some momentary awareness comes

as an unexpected visitor.

Welcome and entertain them all!

Even if they are a crowd of sorrows,

who violently sweep your house

empty of its furniture,

still, treat each guest honorably.

He may be clearing you out

for some new delight.

The dark thought, the shame, the malice.

meet them at the door laughing and invite them in.

Be grateful for whatever comes.

because each has been sent

as a guide from beyond.

— Jellaludin Rumi,

  If you do not feel safe stating your emotion to someone then you can write the emotion down in a journal. Writing in a journal after you have calmed yourself down can also help you come up with additional ideas for you would like to respond to your emotion or the situation affecting your emotion.

This will help decrease the intensity of your emotion so that you can act in a more controlled, authentic, and assertive manner.

I have used this process before to help me manage my emotions. One time it was particularly helpful was when I was calling my cable and internet company and got angry at them because my internet was not working and they spent 30 minutes giving me unhelpful advice that didn’t fix my internet. That definitely got me angry, probably around the 7-8 on the scale. In the past, I may have been inclined to be passive and tell myself that I wasn’t angry, when I actually was, or at other times, I would even lash out at the person on the phone and call them a name or two…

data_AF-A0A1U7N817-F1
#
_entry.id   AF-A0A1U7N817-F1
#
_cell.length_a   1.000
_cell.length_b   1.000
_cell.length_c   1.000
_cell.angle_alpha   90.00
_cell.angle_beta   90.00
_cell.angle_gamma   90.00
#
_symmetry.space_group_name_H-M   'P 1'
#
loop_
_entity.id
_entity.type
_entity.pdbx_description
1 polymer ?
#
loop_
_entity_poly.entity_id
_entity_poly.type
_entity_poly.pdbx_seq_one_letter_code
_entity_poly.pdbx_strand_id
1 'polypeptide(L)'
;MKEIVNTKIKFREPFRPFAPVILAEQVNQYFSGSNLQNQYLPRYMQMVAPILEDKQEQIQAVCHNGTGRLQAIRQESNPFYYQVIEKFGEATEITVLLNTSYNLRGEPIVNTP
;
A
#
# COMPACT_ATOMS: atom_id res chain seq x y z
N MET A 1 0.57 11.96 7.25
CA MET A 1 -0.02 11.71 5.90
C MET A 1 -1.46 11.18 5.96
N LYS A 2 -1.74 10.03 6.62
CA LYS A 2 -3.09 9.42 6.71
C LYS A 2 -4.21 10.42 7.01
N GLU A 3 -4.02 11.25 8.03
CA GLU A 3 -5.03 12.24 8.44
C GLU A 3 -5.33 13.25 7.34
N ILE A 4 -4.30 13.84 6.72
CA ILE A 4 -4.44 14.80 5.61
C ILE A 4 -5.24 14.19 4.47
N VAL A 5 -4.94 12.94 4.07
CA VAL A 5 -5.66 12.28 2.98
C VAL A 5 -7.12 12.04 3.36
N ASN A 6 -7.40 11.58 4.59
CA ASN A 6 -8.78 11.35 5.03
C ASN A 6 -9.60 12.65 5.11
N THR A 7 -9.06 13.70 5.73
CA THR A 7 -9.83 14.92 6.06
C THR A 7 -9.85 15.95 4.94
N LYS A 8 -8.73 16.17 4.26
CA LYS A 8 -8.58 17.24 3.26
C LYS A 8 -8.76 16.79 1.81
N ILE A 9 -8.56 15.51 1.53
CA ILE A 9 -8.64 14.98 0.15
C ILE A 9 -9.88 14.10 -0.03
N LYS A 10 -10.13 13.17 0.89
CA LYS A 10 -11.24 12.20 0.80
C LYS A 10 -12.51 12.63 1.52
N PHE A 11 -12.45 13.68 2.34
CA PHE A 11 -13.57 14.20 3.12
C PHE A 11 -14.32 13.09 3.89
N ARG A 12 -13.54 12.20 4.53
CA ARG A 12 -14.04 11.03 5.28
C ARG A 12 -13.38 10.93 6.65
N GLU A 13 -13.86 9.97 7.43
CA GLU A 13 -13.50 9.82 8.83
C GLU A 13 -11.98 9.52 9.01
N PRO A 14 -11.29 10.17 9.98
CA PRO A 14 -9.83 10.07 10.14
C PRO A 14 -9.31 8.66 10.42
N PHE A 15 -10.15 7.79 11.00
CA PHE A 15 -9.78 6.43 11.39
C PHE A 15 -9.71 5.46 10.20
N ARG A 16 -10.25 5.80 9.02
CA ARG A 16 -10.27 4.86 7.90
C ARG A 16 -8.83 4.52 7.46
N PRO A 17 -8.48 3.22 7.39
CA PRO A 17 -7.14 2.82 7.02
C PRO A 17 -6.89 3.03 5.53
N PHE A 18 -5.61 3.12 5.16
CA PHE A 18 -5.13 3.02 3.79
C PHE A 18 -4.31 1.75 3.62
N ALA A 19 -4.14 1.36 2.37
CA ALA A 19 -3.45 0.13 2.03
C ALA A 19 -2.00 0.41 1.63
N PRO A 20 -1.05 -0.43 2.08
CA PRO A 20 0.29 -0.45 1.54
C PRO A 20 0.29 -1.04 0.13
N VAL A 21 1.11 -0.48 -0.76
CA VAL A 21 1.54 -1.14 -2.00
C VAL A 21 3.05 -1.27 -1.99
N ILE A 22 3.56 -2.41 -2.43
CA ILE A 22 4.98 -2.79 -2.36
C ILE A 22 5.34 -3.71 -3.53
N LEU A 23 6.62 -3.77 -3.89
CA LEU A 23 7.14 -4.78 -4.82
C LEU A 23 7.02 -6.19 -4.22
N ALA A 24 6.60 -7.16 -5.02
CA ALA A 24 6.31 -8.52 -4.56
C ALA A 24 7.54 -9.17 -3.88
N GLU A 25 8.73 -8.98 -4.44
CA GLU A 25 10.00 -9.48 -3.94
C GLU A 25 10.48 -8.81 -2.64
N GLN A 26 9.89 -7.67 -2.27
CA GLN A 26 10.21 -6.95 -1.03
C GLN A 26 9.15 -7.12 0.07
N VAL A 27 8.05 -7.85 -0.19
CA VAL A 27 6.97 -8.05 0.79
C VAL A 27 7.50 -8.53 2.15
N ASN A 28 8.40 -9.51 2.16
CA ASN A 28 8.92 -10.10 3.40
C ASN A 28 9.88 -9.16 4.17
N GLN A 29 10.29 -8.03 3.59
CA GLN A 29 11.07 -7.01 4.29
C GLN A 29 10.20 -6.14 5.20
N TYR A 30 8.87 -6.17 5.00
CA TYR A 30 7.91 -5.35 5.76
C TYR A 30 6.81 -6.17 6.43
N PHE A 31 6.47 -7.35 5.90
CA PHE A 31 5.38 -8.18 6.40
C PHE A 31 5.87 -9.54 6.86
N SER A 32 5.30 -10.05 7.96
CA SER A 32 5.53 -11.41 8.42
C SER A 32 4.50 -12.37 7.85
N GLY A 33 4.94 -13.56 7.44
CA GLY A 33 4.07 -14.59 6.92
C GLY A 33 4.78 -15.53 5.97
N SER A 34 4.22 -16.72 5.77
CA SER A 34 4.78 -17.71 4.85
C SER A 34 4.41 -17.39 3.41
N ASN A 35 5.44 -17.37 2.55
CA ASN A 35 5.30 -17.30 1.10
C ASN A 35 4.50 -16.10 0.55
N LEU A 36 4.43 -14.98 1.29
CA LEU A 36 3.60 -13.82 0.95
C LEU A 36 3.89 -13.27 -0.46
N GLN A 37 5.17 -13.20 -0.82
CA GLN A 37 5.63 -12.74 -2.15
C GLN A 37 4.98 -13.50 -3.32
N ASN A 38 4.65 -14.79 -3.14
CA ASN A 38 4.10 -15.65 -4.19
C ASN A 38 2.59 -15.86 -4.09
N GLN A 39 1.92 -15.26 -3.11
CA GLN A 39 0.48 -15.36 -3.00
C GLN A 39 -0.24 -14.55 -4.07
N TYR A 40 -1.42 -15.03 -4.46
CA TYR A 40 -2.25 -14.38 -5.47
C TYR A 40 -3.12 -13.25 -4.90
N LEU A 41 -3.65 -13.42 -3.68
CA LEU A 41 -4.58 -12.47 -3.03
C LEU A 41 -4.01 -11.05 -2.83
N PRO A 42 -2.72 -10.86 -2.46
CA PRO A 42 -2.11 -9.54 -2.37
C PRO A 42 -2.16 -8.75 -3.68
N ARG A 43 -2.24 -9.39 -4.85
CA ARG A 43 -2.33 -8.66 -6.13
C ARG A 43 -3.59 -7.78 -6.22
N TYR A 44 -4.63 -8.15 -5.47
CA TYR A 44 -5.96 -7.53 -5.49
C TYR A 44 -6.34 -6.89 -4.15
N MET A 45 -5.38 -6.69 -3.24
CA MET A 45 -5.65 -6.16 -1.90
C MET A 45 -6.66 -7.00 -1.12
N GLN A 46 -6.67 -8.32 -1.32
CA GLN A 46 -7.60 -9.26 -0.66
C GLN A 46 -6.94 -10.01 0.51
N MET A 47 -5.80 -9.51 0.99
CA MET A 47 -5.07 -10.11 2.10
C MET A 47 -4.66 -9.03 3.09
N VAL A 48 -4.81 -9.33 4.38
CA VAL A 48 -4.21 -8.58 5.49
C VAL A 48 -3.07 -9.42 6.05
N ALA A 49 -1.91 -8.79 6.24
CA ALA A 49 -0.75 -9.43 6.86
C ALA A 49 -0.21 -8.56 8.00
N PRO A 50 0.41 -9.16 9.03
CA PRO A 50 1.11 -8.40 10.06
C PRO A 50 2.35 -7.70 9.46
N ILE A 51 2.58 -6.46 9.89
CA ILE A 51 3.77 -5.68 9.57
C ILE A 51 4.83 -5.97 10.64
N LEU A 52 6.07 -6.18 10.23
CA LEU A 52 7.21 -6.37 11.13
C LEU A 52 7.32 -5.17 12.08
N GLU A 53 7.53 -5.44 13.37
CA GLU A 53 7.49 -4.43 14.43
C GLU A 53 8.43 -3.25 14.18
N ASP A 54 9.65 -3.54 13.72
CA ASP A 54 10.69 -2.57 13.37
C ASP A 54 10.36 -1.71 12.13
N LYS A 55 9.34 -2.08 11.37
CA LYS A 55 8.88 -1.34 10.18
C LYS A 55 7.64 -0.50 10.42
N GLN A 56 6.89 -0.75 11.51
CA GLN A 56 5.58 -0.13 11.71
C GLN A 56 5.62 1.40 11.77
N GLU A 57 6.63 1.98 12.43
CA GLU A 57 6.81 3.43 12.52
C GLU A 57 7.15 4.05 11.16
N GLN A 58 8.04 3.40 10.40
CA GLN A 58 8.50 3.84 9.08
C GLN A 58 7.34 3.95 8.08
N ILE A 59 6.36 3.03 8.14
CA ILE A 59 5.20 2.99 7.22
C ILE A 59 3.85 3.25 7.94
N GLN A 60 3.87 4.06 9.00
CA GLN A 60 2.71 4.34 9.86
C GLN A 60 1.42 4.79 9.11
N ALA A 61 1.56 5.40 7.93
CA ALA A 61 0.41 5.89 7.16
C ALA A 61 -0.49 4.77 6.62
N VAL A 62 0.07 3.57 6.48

But, fortunately, I was able to use this process to decrease the intensity of that emotion and express it in a calm, direct, and healthy manner….


Dr. Matthew Welsh J.D., Ph.D

Founder of Spiritual Media Blog

Dr. Matthew Welsh J.D., Ph.D. is the founder of Spiritual Media Blog. He began his career in Hollywood working for an entertainment agency, the William Morris Agency, and then as a trial lawyer for the Department of Child Services in Indiana. He now works as a full-time life coach helping others with trauma, addictive behaviors, anger, depression, and anxiety.